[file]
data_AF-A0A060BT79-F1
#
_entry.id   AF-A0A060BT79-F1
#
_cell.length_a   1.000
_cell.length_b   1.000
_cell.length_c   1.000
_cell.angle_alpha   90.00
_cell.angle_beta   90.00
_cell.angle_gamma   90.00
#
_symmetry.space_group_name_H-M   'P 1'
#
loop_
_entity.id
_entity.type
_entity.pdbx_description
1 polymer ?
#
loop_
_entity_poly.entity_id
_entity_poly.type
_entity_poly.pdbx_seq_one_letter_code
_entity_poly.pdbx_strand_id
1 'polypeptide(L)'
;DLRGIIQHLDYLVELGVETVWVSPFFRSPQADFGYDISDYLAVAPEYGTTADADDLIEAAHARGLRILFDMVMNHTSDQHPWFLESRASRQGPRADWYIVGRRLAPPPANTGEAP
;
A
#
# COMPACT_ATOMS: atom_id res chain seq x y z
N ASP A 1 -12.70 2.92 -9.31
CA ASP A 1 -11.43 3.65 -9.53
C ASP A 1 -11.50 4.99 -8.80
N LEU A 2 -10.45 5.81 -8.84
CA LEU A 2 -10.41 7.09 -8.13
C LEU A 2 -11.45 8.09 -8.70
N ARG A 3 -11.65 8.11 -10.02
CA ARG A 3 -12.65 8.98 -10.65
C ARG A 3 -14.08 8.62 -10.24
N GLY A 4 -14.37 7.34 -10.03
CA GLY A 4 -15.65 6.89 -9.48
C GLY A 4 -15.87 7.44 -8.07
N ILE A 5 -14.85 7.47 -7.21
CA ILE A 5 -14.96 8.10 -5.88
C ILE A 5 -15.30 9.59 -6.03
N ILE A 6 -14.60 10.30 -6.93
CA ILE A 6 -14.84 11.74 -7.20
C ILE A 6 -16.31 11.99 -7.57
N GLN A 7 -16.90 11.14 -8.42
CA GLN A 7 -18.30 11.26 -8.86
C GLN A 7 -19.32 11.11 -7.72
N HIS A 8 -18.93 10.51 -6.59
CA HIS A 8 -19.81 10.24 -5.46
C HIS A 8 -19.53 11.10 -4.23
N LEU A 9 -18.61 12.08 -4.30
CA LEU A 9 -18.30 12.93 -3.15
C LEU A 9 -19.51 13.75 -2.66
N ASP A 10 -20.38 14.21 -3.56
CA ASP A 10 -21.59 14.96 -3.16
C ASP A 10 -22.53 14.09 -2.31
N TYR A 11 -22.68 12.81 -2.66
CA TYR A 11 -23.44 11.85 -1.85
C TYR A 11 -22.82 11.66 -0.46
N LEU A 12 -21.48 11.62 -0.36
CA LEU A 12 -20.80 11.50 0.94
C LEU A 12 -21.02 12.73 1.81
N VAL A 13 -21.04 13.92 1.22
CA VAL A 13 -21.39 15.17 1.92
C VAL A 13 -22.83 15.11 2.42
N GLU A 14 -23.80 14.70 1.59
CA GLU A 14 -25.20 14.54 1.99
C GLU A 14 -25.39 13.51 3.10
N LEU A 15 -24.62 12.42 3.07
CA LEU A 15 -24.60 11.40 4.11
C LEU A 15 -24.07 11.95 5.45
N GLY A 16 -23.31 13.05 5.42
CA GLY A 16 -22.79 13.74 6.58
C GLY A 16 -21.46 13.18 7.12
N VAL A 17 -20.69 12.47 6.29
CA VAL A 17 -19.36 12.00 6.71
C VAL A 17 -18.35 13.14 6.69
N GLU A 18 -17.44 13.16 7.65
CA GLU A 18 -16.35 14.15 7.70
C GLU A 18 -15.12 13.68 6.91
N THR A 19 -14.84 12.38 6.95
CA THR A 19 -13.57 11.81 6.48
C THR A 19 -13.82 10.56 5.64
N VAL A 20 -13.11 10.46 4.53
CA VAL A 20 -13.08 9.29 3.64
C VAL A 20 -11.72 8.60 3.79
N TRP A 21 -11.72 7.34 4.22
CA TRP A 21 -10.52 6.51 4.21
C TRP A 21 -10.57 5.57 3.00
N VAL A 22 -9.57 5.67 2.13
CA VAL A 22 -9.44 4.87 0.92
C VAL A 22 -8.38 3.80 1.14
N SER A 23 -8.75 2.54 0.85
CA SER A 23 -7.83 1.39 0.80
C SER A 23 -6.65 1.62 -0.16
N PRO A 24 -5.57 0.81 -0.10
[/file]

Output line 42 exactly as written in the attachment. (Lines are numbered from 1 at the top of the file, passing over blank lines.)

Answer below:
C GLY A 4 -15.87 7.44 -8.07